Dr. Zoe Shaw, A Year of Self-Care

Recognize Your Emotional Triggers So They Don’t Interrupt Your Life

Recognize Your Emotional Triggers So They Don’t Interrupt Your Life
Julie Voiceover Category

I never would’ve believed it if I hadn’t experienced it.

Our bodies store trauma through associations with dates, places and seasons. For some, the holiday season is their trigger season. Personally, as the weather transitions from summer to fall, even if it’s the furthest thing from my mind, I sense my trauma sneaking up on me in unexpected ways like headaches, negative self-talk, bad moods, lethargy—you name it. But even as these seasons approach, we can find ways not only to survive, but thrive during them.

Identify Your Emotional Triggers

One of the greatest gifts we can give ourselves in a triggering season is self-awareness. My trauma occurred when my boyfriend took his own life, deeply engraining painful dates into my subconscious, even into my DNA. It was in Japan around the time the leaves turned blazing hues with the air full of street vendors’ aromas of roasted sweet potatoes and chestnuts. All things that felt like fall.

Suicide Isn't Easily Understood, But You Need to Know ThisIn following years when autumn weather began, I felt exhausted, disillusioned with everything I loved, and suffered a rise in panic attacks. One of the last days we spoke before his death was so potent that my body stored the memory. The end of September and beginning of October became the worst time of year for me. It took years for me to slow my life enough to realize what was going on internally. When I became more self-aware was when I made the connection.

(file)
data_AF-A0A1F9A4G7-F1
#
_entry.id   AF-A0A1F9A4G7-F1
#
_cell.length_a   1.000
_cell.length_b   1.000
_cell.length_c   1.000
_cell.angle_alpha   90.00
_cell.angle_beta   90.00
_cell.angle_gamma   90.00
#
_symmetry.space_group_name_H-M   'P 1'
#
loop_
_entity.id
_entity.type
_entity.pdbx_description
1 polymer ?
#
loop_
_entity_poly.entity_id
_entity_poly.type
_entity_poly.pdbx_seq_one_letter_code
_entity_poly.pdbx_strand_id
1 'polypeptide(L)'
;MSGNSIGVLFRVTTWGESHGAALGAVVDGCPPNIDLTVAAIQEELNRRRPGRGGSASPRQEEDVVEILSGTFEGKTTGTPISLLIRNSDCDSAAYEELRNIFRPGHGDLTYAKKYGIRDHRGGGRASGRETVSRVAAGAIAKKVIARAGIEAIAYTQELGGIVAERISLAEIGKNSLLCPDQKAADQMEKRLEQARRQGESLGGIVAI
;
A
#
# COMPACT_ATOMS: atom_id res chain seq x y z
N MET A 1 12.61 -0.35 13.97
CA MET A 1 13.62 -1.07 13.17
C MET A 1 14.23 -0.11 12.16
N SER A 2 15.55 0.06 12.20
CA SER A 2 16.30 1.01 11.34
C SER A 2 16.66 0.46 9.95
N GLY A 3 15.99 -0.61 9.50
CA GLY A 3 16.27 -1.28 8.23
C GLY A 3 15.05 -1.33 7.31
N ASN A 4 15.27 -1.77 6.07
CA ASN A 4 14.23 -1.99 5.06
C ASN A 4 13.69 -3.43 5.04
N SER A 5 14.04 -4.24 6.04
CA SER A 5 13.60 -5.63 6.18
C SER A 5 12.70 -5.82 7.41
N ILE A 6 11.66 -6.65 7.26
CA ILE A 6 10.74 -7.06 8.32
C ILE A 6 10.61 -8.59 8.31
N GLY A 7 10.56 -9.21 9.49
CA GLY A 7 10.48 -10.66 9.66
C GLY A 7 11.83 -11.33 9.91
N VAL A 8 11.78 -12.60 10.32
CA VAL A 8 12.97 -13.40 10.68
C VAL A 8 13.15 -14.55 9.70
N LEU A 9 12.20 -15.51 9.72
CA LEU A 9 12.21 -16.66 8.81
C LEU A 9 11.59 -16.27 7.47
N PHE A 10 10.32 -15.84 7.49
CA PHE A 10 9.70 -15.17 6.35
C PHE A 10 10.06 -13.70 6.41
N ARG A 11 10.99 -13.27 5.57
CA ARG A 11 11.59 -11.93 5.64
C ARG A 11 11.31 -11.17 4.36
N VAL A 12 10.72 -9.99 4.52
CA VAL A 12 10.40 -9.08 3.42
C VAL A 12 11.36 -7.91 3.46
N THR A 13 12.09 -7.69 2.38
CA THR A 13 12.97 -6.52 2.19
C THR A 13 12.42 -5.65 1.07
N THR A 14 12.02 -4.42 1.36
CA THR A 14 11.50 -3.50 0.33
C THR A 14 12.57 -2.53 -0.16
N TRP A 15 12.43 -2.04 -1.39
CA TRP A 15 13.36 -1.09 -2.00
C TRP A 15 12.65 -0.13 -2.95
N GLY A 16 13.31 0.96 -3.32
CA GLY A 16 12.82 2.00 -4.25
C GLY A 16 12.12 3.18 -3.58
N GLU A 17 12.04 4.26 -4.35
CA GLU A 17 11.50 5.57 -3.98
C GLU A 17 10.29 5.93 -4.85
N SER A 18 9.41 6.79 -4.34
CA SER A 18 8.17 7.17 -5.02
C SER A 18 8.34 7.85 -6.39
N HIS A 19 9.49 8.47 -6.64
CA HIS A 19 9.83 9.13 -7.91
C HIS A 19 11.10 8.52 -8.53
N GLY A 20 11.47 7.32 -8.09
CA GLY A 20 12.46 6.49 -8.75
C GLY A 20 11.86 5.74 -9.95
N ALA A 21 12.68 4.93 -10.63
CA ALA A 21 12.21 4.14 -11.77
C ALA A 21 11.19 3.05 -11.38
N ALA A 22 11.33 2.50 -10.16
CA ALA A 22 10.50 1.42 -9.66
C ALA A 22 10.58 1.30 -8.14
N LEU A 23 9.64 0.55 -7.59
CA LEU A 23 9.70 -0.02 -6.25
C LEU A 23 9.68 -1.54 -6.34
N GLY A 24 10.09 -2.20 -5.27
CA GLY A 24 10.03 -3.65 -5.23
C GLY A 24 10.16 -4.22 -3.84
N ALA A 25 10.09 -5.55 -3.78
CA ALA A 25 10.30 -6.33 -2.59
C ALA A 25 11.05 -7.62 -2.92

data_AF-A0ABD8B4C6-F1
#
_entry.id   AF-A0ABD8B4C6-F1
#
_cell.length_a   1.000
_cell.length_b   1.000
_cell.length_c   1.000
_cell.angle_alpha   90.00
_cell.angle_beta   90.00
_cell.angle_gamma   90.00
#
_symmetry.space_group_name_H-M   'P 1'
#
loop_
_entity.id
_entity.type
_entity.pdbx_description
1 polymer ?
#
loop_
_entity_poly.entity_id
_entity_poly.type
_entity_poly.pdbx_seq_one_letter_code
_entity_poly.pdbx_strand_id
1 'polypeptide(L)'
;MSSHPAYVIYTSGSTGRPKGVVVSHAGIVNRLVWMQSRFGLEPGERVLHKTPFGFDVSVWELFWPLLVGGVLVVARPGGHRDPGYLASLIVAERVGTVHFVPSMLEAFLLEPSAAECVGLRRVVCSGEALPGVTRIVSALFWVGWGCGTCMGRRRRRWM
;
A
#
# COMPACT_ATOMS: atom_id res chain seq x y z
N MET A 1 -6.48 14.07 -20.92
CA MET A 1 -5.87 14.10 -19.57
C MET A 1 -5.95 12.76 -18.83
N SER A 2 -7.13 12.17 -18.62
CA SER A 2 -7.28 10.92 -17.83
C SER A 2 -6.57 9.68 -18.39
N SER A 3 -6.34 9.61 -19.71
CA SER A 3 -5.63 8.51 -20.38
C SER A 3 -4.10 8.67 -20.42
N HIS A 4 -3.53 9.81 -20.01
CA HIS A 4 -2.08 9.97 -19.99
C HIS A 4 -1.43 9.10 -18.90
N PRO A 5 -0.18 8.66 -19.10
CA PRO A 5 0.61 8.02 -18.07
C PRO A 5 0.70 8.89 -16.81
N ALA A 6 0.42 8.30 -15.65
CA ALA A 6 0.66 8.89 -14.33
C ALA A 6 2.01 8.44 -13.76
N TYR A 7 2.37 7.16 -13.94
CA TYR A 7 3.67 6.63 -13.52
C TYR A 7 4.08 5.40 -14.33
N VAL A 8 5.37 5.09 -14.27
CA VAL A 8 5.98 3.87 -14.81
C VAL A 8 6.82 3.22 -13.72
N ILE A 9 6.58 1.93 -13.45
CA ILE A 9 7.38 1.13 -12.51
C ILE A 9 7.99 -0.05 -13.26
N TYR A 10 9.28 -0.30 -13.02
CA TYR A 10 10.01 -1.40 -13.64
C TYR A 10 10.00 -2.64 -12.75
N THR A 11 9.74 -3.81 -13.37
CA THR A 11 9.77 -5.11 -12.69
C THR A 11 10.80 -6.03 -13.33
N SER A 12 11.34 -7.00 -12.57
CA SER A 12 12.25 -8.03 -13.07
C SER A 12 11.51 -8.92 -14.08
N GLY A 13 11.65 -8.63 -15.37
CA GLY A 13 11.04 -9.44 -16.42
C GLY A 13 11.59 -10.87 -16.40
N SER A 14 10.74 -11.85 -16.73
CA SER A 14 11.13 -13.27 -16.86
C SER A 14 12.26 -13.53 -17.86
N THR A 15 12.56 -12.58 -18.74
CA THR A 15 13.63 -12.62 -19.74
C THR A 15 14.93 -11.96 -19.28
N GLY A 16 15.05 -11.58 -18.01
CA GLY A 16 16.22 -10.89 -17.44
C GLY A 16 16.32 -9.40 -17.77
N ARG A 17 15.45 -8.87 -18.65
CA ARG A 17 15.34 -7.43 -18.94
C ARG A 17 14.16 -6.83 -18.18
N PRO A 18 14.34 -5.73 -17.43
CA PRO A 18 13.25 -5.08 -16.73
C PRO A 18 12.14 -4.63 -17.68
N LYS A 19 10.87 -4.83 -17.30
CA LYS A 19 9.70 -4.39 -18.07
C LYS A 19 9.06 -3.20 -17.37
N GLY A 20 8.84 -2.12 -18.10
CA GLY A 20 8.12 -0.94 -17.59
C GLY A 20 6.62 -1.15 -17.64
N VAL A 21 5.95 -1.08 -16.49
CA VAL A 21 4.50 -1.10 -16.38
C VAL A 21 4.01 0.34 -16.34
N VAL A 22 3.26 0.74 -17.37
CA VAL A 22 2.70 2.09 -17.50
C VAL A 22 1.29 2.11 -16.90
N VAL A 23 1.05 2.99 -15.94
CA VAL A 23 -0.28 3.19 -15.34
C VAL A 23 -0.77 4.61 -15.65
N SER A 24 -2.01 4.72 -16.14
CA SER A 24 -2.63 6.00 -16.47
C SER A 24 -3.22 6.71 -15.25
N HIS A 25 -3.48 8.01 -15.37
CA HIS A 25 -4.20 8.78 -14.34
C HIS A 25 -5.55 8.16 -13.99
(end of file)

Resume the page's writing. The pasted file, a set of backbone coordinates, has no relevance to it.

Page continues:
When we take the time to become self-aware, we can recognize specific moments, conversations, hurtful words or actions from the past that we’re still carrying. Taking quiet time in a triggering season is painful, but rewarding when moments surface that reveal more of ourselves. Self-awareness can look like keeping a journal, checking in and asking “How do I feel right now mentally? Emotionally? Spiritually? Physically?” Then asking why.

Self-awareness also comes from honest conversations with others, from regular check-ins with our minds and bodies, and with the creation of a quiet “sanctuary” where we can look at ourselves objectively. What thoughts and emotions are guiding you this season? Where did they originate? An autumn festival, a slice of apple pie he loved, certain wood-burning smells hanging in the air?

Don’t Be Ashamed to Look for Help

Another way to thrive during these difficult seasons is to recruit some help. Recruit the people closest as support when you’re feeling off. Even when we think we’re doing a great job of hiding things, our loved ones sense when something is off. No one is served when we pretend our trauma doesn’t exist.

Realizing I couldn’t keep my pain hidden, I held the awkward conversation with my husband before we were married, explaining the triggers surrounding the time of my old boyfriend’s death. It wasn’t fair for me to keep him the dark, wondering why I was in such a foul mood despite it being a great day. My husband knew the general story, but this day I was struggling with specific details of the suicide. He graciously listened, gave me the hug I needed, and treated the rest of the day like a spa day. What a gem of a man.